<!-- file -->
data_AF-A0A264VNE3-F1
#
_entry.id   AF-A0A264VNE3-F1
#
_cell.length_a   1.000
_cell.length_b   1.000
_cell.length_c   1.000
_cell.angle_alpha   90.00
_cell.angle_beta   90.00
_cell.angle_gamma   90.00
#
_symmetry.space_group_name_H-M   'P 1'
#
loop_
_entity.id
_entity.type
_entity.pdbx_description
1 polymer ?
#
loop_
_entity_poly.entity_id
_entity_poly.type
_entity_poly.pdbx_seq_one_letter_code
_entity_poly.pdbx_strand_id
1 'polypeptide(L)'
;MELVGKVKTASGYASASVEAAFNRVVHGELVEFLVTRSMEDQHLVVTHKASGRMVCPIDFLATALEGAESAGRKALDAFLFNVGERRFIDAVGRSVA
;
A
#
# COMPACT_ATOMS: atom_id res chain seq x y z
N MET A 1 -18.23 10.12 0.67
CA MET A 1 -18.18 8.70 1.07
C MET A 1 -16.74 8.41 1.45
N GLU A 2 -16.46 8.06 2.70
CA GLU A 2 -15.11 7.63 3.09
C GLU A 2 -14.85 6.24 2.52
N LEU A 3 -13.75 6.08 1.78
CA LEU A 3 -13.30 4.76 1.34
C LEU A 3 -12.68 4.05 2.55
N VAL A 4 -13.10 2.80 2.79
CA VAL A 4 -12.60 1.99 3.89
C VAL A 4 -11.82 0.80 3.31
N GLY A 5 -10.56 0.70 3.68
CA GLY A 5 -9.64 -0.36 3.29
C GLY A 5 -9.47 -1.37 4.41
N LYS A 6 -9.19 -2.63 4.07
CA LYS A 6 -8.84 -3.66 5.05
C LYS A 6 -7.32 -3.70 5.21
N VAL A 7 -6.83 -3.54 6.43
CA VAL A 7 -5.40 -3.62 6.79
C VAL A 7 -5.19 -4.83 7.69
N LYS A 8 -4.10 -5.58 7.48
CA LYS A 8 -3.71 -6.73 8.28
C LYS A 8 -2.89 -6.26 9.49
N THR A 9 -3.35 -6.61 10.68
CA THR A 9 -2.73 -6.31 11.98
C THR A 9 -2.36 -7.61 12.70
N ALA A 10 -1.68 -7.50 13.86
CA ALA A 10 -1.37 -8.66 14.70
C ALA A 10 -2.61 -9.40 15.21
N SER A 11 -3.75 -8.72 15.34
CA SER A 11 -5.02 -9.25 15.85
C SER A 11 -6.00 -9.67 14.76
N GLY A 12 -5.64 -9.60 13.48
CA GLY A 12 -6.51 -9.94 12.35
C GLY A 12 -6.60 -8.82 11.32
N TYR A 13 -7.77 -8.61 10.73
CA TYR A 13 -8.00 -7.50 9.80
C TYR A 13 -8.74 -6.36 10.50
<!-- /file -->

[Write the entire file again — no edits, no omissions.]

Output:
data_AF-A0A264VNE3-F1
#
_entry.id   AF-A0A264VNE3-F1
#
_cell.length_a   1.000
_cell.length_b   1.000
_cell.length_c   1.000
_cell.angle_alpha   90.00
_cell.angle_beta   90.00
_cell.angle_gamma   90.00
#
_symmetry.space_group_name_H-M   'P 1'
#
loop_
_entity.id
_entity.type
_entity.pdbx_description
1 polymer ?
#
loop_
_entity_poly.entity_id
_entity_poly.type
_entity_poly.pdbx_seq_one_letter_code
_entity_poly.pdbx_strand_id
1 'polypeptide(L)'
;MELVGKVKTASGYASASVEAAFNRVVHGELVEFLVTRSMEDQHLVVTHKASGRMVCPIDFLATALEGAESAGRKALDAFLFNVGERRFIDAVGRSVA
;
A
#
# COMPACT_ATOMS: atom_id res chain seq x y z
N MET A 1 -18.23 10.12 0.67
CA MET A 1 -18.18 8.70 1.07
C MET A 1 -16.74 8.41 1.45
N GLU A 2 -16.46 8.06 2.70
CA GLU A 2 -15.11 7.63 3.09
C GLU A 2 -14.85 6.24 2.52
N LEU A 3 -13.75 6.08 1.78
CA LEU A 3 -13.30 4.76 1.34
C LEU A 3 -12.68 4.05 2.55
N VAL A 4 -13.10 2.80 2.79
CA VAL A 4 -12.60 1.99 3.89
C VAL A 4 -11.82 0.80 3.31
N GLY A 5 -10.56 0.70 3.68
CA GLY A 5 -9.64 -0.36 3.29
C GLY A 5 -9.47 -1.37 4.41
N LYS A 6 -9.19 -2.63 4.07
CA LYS A 6 -8.84 -3.66 5.05
C LYS A 6 -7.32 -3.70 5.21
N VAL A 7 -6.83 -3.54 6.43
CA VAL A 7 -5.40 -3.62 6.79
C VAL A 7 -5.19 -4.83 7.69
N LYS A 8 -4.10 -5.58 7.48
CA LYS A 8 -3.71 -6.73 8.28
C LYS A 8 -2.89 -6.26 9.49
N THR A 9 -3.35 -6.61 10.68
CA THR A 9 -2.73 -6.31 11.98
C THR A 9 -2.36 -7.61 12.70
N ALA A 10 -1.68 -7.50 13.86
CA ALA A 10 -1.37 -8.66 14.70
C ALA A 10 -2.61 -9.40 15.21
N SER A 11 -3.75 -8.72 15.34
CA SER A 11 -5.02 -9.25 15.85
C SER A 11 -6.00 -9.67 14.76
N GLY A 12 -5.64 -9.60 13.48
CA GLY A 12 -6.51 -9.94 12.35
C GLY A 12 -6.60 -8.82 11.32
N TYR A 13 -7.77 -8.61 10.73
CA TYR A 13 -8.00 -7.50 9.80
C TYR A 13 -8.74 -6.36 10.50